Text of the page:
The report was released at the end of the bloodiest month for U.S. and NATO forces in the nearly eight-year war. At least 42 U.S service members and 31 from other international military forces were killed in July, according to military announcements.

The U.N. said the Taliban and other insurgents have been hiding in civilian areas as part of "an active policy aimed at drawing a military response" to areas where there would be a "high likelihood" that civilians would be killed or injured.

A 36-year-old carpenter, Wazir Mohammad, believes his family fell victim to that tactic when fighting broke out last month between U.S. troops and insurgents in the village of Nangalam in the eastern province of Kunar.

As the family huddled inside their home, a rocket slammed into the ground floor, killing Mohammad's father, brother and grandmother, he said. Five other relatives were wounded. Mohammad, a 36-year-old carpenter, said he didn't know which side fired the rocket.

A doctor in the village, who uses only one name, Nizamuddin, said Taliban and U.S. forces exchange fire almost daily around the village and that rockets and mortars detonate from time to time in civilian districts.

"We are so depressed," Mohammad said by telephone. "We do not know what the future holds for us."

Afghan President Hamid Karzai has publicly berated NATO commanders over civilian deaths and has called for new rules governing the conduct of Western military operations if he wins a second term in the August elections.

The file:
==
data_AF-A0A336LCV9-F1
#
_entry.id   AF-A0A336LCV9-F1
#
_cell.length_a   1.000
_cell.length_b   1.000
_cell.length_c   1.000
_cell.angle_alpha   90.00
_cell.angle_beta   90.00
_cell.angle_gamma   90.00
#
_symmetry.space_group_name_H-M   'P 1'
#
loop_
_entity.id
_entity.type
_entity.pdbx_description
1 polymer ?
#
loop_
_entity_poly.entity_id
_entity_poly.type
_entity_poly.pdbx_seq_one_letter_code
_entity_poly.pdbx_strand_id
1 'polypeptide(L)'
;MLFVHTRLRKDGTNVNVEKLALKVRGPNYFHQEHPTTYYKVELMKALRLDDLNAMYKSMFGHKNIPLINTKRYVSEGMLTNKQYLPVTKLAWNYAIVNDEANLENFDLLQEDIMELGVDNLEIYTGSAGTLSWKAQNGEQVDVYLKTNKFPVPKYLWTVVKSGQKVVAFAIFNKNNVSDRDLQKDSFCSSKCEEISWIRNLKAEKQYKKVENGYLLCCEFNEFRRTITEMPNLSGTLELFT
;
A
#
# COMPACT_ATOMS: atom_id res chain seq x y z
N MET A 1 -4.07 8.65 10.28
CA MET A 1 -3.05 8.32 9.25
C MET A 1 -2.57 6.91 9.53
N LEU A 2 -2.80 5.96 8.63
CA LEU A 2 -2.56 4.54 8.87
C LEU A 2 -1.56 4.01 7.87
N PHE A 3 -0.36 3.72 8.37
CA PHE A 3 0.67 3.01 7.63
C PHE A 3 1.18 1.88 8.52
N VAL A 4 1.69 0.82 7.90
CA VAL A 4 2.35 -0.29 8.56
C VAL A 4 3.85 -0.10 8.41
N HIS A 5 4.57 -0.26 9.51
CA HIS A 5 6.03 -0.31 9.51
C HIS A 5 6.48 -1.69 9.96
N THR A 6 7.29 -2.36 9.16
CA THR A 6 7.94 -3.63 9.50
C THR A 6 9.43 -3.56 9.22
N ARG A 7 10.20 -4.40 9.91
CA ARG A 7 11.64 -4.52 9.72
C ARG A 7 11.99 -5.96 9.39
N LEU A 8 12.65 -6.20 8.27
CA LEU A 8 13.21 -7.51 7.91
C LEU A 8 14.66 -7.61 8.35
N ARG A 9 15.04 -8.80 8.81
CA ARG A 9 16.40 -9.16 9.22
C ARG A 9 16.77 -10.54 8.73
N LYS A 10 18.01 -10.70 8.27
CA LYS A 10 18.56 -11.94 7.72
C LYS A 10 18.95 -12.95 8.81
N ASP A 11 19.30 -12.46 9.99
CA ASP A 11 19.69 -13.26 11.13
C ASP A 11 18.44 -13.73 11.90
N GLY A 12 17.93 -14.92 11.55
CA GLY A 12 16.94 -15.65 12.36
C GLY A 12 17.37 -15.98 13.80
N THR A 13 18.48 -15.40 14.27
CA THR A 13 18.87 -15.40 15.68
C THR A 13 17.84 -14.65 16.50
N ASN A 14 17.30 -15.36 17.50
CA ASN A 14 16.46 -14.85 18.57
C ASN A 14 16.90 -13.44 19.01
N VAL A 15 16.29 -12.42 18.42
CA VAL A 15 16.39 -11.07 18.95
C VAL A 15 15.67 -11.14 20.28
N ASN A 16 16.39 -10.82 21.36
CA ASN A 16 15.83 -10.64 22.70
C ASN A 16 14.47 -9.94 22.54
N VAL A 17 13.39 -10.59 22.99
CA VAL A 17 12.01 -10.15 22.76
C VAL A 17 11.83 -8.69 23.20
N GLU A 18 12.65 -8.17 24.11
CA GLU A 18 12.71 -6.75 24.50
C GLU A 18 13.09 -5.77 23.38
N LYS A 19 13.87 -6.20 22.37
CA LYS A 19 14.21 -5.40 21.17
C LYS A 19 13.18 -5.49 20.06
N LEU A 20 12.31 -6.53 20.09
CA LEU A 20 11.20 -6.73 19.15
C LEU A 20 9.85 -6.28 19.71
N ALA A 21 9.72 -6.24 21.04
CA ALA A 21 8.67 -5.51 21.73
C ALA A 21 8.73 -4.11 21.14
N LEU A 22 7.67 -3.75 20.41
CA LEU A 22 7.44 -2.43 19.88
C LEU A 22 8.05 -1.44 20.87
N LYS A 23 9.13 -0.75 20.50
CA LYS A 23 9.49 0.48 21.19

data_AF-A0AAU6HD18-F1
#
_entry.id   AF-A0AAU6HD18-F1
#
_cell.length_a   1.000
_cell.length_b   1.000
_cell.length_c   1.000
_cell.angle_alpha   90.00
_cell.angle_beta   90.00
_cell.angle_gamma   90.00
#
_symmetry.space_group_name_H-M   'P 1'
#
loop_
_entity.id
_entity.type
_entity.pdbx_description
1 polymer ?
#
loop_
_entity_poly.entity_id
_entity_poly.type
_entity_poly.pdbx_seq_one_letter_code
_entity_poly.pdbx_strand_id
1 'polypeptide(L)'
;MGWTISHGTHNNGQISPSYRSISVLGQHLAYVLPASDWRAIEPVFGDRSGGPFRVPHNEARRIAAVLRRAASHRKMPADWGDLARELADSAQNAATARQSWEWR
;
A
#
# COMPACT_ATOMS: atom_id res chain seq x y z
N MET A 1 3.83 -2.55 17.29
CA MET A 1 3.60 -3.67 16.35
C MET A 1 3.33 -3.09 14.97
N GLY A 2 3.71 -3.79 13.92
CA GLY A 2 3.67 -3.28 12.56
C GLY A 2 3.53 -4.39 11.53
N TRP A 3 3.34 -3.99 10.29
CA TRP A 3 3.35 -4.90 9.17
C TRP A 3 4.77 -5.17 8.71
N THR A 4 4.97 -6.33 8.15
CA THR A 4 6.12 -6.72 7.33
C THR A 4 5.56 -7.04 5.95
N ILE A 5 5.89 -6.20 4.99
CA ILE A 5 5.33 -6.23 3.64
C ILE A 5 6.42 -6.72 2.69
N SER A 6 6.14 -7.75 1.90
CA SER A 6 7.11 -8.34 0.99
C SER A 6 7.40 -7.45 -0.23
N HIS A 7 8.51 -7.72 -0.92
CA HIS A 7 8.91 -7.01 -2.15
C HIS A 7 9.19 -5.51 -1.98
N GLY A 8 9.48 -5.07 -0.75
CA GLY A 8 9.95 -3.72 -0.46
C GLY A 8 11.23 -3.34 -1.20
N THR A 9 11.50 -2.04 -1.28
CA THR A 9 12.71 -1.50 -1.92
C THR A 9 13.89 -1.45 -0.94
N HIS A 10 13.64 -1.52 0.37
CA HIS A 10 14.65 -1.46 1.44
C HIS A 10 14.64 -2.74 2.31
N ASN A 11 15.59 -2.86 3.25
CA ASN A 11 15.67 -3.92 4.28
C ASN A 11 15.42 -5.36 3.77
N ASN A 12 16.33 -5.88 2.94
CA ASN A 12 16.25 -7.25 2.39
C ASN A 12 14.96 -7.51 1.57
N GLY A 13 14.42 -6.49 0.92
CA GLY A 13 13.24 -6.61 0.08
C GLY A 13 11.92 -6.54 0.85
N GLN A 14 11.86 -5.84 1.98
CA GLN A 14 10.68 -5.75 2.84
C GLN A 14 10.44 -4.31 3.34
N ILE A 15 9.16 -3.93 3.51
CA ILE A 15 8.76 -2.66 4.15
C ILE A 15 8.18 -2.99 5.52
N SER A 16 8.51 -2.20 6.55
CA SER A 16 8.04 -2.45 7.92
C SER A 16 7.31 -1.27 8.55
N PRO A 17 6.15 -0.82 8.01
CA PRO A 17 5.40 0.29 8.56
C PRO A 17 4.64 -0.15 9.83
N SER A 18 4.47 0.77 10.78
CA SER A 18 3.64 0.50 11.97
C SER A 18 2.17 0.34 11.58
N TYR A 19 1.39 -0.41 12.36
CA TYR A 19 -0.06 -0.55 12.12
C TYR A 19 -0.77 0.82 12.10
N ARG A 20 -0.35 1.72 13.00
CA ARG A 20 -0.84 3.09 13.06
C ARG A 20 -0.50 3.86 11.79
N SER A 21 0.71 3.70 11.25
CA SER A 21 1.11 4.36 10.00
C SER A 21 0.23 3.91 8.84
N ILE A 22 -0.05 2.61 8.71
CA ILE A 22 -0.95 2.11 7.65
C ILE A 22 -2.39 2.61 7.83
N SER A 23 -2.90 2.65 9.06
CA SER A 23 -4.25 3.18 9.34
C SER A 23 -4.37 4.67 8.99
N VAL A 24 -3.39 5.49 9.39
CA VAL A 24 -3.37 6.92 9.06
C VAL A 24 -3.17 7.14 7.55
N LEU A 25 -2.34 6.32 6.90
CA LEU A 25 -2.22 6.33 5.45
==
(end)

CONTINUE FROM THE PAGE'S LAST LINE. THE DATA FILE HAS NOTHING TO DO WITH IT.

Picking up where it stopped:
However, the U.N. report said the Afghan government also shares responsibility "for a rising toll in terms of civilian deaths and injuries" and the destruction of property.

The report said civilian deaths rose every month this year as compared with 2008 except February. The report cited increased fighting in urban areas, more complex Taliban attacks and the return of militants who had fled across the border into Pakistan.

May was the deadliest month, with 261 civilians killed. The Taliban and other insurgents were responsible for most of the deaths, but 81 were killed by government or international forces, the U.N. said.

The U.N. also noted what it called a "new trend" in insurgent attacks. Since May, insurgents have attached magnetic explosive devices to vehicles to target civilians who have worked with government or international military forces. A provincial council candidate was killed by a magnetic bomb May 29 in Khost.

A month later, such bombs killed a translator and another individual working for the international forces.

Music shops and other places selling "immoral" goods such as DVDs have also been targeted. In an April attack, a young boy was killed when a bomb placed in his wheelbarrow exploded prematurely 50 feet from a government building in Aybak city. The boy had no knowledge of the bomb, the report said.

Associated Press Writers Amir Shah and Fisnik Abrashi in Kabul and Bradley Klapper in Geneva contributed to this report.